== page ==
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However, because we’re not allowed to have nice things, it doesn’t take much digging to find someone who doesn’t like what Megan and Tess are doing and can’t keep their negative opinion to themselves. I’m a fan of social media, but unfortunately it has given rise the belief that your opinion on someone else’s life is always not only valid but needed when usually… it’s not??

I’m not necessary talking about the “fat bitch” comments here because they’re not exactly original or cutting. What irks me is the ‘concerned onlooker’“This isn’t healthy!” “This promotes obesity!” “This is nothing to celebrate!” “She’s going to have a heart attack!” “This is the embodiment of cancer.” 

All really fucking nasty comments (and all found in the thread below Tess’s Cosmo cover tweet, albeit paraphrased), and all said out of concern for Tess’s health, I’m sure. My favourite?

“I love her confidence and I think she looks beautiful, but no matter what she says, she isn’t healthy. I don’t care what size someone is as long as they’re healthy.”

It pisses me off, man.

Firstly, Tess is obviously a fat woman, you don’t need a qualification to see that. Well spotted. Do you think she doesn’t know she’s fat?

Secondly, if you think accepting fat bodies is setting a bad example, I urge you to reevaluate. Ask yourself why fat bodies offend you so much. Are you really concerned about their cholesterol or do you just not want to look at them? Are you really worried that your children are gonna grow up to be fat because all body types are represented positively? Because believe it or not: it is possible to teach both kindness and healthy lifestyle habits at the same time.

Lastly, if you think she looks unhealthy, go ahead and think that. But realise also that fat does not equal unhealthy, in the same way that slim does not equal healthy. And for god’s sake, drop the “as long as you’re healthy” attitude. A lot of people aren’t healthy. A lot of people can’t be healthy because of issues and conditions that are personal to them. Because health. is. personal.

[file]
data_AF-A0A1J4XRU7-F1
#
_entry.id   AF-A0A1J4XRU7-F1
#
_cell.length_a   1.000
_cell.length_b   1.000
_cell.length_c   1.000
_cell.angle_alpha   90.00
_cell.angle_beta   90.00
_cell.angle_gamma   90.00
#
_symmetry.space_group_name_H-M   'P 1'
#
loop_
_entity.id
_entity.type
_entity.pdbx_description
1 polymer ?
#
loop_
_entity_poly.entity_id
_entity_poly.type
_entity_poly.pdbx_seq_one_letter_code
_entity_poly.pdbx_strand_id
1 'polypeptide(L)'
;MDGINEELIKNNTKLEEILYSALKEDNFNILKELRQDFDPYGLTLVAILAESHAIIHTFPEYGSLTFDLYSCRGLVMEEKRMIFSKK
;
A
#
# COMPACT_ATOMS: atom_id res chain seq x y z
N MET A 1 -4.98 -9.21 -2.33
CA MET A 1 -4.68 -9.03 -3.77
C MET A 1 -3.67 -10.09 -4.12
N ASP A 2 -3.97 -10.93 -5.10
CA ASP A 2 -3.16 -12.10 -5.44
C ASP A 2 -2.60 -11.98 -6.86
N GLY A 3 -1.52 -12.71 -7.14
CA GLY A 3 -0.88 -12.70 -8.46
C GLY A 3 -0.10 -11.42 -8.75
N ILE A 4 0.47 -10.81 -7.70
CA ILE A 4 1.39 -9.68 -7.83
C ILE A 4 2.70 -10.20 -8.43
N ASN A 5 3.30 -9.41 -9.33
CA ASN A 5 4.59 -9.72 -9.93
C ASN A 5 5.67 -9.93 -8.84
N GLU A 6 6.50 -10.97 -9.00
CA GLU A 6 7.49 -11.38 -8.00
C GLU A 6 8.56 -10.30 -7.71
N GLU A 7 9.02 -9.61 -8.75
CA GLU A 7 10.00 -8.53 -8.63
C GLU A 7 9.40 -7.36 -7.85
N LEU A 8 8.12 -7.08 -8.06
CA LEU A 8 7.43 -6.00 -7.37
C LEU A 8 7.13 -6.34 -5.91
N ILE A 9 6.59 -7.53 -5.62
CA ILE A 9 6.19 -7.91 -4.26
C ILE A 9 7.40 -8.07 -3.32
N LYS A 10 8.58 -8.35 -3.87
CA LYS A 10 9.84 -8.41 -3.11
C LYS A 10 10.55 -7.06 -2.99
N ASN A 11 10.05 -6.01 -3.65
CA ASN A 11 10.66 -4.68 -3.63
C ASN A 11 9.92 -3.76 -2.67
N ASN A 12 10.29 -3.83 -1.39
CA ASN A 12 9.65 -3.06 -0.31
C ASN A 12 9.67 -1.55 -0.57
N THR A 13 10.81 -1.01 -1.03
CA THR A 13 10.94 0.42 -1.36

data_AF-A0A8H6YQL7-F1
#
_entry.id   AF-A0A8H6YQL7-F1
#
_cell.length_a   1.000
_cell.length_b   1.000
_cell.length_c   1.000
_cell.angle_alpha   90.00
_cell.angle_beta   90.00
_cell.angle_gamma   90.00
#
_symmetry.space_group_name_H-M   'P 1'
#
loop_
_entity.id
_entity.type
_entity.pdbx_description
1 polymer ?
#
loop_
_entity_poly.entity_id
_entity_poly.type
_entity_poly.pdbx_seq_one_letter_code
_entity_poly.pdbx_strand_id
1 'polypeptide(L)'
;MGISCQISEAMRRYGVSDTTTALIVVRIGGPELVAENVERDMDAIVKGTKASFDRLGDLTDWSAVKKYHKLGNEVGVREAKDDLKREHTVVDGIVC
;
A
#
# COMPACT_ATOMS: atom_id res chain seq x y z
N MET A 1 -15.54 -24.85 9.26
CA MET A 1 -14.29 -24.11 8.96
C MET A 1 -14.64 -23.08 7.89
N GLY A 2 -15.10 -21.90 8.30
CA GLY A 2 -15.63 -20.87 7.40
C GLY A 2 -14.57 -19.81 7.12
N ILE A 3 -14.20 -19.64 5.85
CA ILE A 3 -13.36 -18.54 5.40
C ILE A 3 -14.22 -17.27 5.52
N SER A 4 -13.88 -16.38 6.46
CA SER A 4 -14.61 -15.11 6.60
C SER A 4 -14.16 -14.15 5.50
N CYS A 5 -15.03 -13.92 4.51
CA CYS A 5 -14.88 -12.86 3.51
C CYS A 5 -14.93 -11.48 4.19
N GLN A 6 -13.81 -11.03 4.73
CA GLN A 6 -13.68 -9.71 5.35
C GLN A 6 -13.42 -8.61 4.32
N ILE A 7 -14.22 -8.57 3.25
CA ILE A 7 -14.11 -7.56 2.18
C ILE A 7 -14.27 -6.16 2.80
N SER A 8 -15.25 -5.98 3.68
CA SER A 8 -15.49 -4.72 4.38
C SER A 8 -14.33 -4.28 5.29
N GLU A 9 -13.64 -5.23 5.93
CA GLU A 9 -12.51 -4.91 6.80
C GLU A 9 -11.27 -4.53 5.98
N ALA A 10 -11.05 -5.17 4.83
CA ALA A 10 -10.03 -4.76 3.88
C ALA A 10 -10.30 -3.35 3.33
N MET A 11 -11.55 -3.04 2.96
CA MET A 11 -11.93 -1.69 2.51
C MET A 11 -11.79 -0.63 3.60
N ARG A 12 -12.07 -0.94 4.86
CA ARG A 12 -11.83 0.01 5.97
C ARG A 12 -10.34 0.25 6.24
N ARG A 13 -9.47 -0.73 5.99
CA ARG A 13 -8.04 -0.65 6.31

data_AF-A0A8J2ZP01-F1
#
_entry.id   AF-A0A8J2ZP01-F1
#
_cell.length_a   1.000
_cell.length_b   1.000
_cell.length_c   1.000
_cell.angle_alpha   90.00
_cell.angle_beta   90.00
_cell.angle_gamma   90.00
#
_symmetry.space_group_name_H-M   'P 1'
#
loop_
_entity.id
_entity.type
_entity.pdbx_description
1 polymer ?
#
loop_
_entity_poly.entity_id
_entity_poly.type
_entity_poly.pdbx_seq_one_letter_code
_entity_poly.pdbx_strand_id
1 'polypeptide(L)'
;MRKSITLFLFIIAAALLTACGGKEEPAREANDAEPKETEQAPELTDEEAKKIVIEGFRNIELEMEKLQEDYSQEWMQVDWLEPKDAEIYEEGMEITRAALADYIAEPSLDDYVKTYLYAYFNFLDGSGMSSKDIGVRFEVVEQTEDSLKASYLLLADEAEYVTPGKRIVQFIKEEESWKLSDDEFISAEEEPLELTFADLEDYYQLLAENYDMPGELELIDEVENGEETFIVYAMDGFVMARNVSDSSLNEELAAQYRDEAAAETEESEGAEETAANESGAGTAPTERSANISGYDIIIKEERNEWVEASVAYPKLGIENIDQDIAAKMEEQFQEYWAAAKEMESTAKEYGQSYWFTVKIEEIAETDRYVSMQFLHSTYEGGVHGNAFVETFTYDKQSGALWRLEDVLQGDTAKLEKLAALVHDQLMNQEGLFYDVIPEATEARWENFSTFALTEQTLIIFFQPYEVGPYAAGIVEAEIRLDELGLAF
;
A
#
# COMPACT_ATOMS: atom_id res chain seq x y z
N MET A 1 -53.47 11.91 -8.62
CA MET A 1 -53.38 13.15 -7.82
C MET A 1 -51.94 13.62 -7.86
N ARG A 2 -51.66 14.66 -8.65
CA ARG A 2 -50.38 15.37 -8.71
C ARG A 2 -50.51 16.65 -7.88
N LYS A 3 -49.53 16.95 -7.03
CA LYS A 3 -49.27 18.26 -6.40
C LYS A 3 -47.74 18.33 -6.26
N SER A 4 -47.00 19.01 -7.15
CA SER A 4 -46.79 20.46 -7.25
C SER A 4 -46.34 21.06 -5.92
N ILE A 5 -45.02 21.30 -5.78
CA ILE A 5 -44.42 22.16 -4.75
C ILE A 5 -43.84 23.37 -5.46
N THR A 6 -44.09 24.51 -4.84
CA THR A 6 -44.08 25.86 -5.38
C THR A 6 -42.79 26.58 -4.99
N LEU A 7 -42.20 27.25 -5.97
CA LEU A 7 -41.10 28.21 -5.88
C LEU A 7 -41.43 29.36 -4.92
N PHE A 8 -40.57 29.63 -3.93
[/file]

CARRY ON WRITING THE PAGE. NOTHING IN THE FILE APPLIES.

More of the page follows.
Being unhealthy or looking any particular kind of way does not mean you can’t be confident and happy in your own skin.

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The body positivity movement isn’t trying to get you to throw your trainers in the bin and bathe in chocolate milkshake. Nor is it encouraging you to cut calories and run on the treadmill until you throw up. Above all, from my understanding, the body positivity movement is about happiness, acceptance and confidence. It’s about realising that you are more than the vessel that carries you; you are more than the number shown on the scales and more than the number of calories you consume in a day. You are more than how healthy you are, and more than how much or little you exercise.

It’s about being able to look at your own body and say, I look good. And it’s about being able to look at someone else’s body and see more than fat, thin, black, white, male, female and everything on and outside of those spectrums and more.

If you think Tess looks good on her Cosmo cover, say so! Just delete the “but…” at the end of your tweet.



I'm Juliet and I'm a twenty-something Creative Writing graduate based in the U.K. with a love of books, cats, and cosmetics.